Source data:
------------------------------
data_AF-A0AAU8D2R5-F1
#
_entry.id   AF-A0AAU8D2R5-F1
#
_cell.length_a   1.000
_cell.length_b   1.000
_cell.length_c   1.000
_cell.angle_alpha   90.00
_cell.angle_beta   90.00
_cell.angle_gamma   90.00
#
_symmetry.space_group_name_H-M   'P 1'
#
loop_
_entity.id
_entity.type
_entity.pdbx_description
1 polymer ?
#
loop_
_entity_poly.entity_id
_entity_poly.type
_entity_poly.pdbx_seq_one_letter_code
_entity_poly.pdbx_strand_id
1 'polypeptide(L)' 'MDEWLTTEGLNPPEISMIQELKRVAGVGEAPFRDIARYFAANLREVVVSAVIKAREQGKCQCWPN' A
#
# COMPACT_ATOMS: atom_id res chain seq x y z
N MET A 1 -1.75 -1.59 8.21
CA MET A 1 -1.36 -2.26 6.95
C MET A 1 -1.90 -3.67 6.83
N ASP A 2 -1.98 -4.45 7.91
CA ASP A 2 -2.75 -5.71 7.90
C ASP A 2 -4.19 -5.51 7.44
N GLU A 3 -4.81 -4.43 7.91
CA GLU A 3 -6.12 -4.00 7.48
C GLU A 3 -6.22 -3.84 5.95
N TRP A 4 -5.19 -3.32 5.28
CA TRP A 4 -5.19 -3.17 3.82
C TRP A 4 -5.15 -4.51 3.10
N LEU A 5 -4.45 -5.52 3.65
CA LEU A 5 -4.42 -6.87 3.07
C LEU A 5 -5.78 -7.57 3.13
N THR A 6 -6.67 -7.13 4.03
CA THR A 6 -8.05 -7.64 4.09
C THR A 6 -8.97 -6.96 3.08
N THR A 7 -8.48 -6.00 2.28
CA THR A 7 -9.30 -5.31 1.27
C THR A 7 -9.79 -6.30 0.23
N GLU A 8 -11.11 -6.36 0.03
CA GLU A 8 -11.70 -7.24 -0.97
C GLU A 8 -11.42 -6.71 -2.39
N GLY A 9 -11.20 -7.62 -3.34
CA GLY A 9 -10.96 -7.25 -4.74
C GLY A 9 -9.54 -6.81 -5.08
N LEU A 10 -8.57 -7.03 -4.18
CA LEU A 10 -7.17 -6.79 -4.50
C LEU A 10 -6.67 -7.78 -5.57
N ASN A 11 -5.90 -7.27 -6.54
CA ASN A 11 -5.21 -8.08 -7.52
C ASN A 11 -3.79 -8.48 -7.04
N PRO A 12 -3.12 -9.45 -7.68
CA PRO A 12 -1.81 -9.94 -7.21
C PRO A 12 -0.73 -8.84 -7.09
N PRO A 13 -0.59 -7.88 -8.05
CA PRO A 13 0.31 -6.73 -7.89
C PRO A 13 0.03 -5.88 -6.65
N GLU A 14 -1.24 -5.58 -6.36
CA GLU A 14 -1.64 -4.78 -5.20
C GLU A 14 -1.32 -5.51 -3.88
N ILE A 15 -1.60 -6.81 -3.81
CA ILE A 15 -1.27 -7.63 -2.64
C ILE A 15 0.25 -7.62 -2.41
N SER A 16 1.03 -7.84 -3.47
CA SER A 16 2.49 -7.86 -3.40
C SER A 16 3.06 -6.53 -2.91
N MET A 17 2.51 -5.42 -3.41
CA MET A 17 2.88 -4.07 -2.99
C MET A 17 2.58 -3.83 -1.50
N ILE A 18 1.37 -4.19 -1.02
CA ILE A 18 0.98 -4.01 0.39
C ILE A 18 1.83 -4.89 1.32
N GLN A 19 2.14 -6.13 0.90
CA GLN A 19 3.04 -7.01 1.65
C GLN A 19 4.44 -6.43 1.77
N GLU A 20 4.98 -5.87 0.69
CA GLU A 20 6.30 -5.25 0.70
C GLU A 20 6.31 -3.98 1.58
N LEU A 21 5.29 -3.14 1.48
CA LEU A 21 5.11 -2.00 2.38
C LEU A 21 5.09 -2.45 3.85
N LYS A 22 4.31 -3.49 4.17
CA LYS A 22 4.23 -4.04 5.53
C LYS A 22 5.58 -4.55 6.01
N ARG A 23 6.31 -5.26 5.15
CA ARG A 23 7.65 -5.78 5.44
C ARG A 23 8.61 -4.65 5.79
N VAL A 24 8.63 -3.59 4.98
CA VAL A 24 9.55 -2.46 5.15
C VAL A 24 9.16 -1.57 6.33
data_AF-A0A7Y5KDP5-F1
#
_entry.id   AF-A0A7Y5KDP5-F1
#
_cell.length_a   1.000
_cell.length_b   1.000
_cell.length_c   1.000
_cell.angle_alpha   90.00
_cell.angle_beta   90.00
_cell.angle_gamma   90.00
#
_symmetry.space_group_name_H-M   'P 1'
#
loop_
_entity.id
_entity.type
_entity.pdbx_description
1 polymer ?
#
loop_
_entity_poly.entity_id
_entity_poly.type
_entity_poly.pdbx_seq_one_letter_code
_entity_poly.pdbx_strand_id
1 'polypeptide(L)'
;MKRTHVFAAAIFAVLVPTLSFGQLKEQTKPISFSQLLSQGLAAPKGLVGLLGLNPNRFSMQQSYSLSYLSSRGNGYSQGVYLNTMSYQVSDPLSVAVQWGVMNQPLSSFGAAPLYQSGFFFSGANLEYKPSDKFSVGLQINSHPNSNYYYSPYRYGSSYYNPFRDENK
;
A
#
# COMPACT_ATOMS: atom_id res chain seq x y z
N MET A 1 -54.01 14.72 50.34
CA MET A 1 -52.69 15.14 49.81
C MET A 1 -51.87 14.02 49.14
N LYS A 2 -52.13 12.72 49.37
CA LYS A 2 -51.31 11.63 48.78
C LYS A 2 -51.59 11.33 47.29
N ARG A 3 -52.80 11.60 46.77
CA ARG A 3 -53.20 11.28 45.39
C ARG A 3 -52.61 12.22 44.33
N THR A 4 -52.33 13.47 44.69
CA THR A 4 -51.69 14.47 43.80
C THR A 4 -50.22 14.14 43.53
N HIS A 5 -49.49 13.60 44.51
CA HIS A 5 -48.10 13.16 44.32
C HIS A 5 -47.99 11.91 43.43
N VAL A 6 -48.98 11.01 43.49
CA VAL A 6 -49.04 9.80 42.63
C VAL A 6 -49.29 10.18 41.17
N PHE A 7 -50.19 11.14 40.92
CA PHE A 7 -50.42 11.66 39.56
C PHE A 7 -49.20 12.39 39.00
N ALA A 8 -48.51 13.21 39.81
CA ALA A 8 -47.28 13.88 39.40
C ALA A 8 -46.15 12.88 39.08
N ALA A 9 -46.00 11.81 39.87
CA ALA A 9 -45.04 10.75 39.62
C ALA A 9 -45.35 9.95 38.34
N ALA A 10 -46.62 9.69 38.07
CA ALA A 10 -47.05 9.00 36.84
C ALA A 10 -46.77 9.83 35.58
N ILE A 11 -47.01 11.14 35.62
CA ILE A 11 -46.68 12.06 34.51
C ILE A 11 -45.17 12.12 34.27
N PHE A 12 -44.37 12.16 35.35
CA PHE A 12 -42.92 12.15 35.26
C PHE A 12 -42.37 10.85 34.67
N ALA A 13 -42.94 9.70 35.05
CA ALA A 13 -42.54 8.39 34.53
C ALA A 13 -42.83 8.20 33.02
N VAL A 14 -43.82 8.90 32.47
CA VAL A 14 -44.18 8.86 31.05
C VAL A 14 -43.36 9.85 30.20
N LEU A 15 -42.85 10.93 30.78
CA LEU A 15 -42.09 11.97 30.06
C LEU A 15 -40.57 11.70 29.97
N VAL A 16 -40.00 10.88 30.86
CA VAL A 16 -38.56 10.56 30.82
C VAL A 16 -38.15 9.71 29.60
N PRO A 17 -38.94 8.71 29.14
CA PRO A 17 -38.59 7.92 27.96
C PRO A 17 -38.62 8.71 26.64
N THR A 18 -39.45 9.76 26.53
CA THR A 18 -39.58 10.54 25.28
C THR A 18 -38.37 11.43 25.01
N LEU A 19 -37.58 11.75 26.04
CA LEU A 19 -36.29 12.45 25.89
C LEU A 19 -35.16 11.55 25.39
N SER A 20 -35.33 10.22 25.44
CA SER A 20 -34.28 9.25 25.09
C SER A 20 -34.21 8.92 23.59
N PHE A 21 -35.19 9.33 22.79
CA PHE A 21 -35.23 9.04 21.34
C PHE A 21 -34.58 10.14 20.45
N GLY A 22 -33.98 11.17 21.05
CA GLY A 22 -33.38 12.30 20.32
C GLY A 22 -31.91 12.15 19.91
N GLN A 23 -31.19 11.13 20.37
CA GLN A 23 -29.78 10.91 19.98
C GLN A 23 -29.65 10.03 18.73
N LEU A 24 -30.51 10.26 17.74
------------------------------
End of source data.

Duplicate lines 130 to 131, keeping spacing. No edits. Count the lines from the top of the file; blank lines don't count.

N MET A 1 -54.01 14.72 50.34
CA MET A 1 -52.69 15.14 49.81